Increased visitation puts increased pressure on the Gorge’s limited resources. If you’re planning a trip to the Gorge region, please help keep our communities safe by following CDC and local health guidelines and respecting the requests of individual businesses. Please plan before you go and always have a Plan B in case your destination is too crowded or closed. When recreating on trails, maintain at least 6 feet of distance from other hikers and bikers.
Creating a World-Class Trekking Network Encircling the Gorge
Learn more about the initiative to create a 200-mile loop trail network in the Gorge.
On the Trail
This 5.1-mile section of the Klickitat Trail breaks away from the Klickitat River and Highway 142 and follows remote Swale Creek through a canyon it has incised into High Prairie. The grade is gentle, losing 413 feet in 5.1 miles westward, and regaining it on the return, for a 10.2-mile hike, with 826 feet of elevation gain. This premier section of the Klickitat Trail is ideal for spring days, when wildflowers brilliantly paint the landscape. Mountain bikers and hikers share this trail.
Permits & Pets
The trail is administered by Washington State Parks in this section. No passes or permits are required. Dogs must be on leash. Remain on the path because adjoining lands are private property.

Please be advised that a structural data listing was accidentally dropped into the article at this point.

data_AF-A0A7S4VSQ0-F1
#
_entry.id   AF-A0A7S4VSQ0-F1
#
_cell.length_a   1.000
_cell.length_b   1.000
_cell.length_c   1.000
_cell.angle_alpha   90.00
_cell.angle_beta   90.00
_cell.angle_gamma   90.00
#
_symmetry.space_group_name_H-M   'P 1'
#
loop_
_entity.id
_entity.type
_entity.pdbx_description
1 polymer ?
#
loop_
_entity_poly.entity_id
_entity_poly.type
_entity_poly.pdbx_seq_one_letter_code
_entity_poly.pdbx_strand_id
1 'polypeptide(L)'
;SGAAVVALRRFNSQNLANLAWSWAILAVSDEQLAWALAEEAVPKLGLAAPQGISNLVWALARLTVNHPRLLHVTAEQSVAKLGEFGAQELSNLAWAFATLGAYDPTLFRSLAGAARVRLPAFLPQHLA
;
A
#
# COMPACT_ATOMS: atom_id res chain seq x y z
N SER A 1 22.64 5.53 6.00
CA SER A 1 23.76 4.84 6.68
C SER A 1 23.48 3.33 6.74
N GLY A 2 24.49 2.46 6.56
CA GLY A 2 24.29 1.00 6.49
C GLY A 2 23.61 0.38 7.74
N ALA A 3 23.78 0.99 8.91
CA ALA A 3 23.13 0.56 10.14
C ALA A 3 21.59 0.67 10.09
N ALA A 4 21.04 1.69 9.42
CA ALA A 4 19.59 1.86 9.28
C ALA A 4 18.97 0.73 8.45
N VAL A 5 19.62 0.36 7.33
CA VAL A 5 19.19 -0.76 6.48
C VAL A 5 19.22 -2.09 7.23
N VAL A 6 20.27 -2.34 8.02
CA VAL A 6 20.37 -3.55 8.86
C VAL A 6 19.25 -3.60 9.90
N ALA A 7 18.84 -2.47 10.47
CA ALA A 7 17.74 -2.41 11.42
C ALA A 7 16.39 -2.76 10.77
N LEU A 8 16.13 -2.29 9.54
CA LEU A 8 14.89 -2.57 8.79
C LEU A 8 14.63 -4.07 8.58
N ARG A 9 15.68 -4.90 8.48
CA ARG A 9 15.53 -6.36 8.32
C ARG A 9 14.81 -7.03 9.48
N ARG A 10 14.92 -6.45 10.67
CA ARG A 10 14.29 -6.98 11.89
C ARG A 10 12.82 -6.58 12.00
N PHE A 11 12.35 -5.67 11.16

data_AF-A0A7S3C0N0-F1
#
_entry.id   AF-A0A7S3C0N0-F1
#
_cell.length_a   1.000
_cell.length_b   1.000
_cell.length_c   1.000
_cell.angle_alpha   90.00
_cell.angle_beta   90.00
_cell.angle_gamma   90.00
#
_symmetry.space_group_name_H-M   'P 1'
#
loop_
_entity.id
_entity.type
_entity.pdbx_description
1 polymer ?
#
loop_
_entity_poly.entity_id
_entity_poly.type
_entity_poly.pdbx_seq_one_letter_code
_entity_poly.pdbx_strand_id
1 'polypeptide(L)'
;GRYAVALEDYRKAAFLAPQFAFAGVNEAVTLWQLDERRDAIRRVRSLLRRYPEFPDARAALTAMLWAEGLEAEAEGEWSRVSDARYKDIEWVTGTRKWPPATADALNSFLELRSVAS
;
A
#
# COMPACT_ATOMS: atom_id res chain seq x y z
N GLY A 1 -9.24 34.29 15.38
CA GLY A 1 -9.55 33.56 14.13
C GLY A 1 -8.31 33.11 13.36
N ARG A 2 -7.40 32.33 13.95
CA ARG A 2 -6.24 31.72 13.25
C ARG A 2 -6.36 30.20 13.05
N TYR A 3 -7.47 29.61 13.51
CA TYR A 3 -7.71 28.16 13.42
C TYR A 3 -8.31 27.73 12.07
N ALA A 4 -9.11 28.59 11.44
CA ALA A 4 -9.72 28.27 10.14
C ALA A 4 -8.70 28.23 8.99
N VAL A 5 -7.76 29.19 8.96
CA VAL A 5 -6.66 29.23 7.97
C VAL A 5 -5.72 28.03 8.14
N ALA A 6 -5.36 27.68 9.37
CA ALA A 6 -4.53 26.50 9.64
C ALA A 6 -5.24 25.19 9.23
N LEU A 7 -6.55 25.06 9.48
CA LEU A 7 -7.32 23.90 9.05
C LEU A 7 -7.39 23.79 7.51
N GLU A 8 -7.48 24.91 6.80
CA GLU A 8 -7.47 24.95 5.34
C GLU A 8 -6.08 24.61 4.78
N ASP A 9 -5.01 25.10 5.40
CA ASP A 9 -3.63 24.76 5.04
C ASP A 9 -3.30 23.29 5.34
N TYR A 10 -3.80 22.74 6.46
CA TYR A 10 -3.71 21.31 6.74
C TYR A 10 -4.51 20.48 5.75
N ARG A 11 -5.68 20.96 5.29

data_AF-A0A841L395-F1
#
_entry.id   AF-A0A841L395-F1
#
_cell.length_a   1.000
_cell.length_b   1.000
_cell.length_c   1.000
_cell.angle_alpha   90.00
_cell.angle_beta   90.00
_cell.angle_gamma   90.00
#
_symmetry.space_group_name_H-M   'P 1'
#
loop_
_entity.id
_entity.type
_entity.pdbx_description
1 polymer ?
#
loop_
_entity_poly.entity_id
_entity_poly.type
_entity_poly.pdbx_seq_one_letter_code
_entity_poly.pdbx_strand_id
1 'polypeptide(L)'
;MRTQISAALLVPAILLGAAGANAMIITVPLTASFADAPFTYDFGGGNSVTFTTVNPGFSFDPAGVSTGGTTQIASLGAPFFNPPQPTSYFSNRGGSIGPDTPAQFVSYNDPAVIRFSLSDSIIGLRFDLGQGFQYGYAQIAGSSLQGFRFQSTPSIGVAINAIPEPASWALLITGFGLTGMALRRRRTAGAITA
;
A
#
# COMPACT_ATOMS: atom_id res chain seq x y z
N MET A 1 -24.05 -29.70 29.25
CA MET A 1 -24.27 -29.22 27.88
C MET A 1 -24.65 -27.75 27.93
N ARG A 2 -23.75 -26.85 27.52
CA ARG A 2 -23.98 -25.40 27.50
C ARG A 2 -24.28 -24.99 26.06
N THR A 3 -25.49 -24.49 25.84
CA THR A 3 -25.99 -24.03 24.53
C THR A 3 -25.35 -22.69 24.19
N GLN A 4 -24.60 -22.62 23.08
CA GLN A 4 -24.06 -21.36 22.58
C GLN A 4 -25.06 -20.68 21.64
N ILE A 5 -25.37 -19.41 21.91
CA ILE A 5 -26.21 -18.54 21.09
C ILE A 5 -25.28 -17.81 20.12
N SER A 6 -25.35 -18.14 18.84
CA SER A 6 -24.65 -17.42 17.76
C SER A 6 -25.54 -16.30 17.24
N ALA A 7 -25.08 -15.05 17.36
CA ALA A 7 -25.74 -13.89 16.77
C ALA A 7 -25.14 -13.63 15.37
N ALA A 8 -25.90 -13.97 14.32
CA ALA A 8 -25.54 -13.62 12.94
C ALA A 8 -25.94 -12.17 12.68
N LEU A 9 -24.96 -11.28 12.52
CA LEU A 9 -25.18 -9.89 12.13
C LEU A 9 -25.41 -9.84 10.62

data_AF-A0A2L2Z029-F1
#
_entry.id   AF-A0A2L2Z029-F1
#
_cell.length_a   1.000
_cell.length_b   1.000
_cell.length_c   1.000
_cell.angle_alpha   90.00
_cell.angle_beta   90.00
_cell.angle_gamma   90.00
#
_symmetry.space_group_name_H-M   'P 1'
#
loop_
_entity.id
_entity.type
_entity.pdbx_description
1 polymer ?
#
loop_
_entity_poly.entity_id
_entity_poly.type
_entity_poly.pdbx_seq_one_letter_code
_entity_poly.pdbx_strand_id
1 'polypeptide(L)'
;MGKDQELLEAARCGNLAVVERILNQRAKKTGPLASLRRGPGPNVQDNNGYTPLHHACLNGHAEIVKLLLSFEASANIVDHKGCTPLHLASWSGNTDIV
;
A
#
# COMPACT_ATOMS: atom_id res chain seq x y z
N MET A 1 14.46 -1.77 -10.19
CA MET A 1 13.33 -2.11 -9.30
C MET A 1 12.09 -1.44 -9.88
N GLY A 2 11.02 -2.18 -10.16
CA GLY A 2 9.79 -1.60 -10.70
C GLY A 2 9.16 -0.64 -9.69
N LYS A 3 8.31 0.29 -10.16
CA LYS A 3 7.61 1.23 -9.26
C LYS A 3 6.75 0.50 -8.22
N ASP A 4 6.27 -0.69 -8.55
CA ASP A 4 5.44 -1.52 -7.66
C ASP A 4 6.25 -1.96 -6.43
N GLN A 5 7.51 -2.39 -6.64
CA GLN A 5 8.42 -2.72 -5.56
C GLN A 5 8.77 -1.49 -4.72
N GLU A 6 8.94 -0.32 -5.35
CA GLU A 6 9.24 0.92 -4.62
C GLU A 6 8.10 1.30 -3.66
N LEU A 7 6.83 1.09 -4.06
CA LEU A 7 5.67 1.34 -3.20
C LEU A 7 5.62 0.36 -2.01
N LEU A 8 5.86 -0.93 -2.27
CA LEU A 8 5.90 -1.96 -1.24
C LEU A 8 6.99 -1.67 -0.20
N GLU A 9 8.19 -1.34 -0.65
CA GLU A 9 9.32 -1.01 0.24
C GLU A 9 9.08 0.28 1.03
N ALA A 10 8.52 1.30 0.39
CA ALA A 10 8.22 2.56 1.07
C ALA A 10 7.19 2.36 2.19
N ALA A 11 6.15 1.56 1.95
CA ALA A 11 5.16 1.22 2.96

- Wear boots with tough soles: The trail is on the ballast rock of an old rail line.
- From the trailhead, turn left (west) on the Klickitat Trail. Near mile two, the route starts its descent into Swale Canyon, a remote gorge punctuated with volcanic rock outcroppings and vibrant Columbia desert parsley in spring.
- Cross three railroad trestles in the next 1.5 miles and continue west.
- After 4.5 miles, the route swings north for the final 0.6 mile to a waterfront lunch spot along Swale Creek—look for the creek’s chutes, waterfalls, and small pools, inviting you to stay awhile.
- Retrace your steps to the start.
- Please always stay on the trail and clean your boots before and after you hike. Hikers are a common vector for spreading invasive seeds.
- There is a restroom at the trailhead.
- Learn about the Klickitat Trail history at the Klickitat Trail Conservancy.
Loop back to Lyle and SR 14 via scenic gravel roads that offer fantastic views of Fulton and Kaser ridges on the Oregon side of the Columbia, between The Dalles and the Deschutes River. The U.S. Forest Service map of the Gorge labels both roads as “gravel roads, suitable for passenger cars.”
From Harms Road and the Centerville Highway, drive east 2.2 miles on the Centerville Highway and turn right on gravel Uecker Road. In 1.3 miles, turn right on Dalles Mountain Road, also gravel. Follow it 6.5 miles to the trailhead for the Crawford Oaks hike; continue on Dalles Mountain Road 3.7 more miles to SR 14. Turn right and drive the 8 miles back into Lyle.
Play a game of pool in Lyle, or eat in an old railroad hotel or at a classic corner grill.
Swale Canyon trailhead: From SR 14 and the Hood River Bridge (tolls are required on the bridge), drive east on SR 14 for 11 miles to the Centerville Highway/Sixth Street intersection in Lyle (at the Country Cafe). Turn left, following Centerville Highway 14.7 miles to Harms Road. Here, turn left. In 0.5 mile, come to the Swale Canyon trailhead to the Klickitat Trail. Park just north of the bridge over Swale Creek. There is a restroom at the trailhead.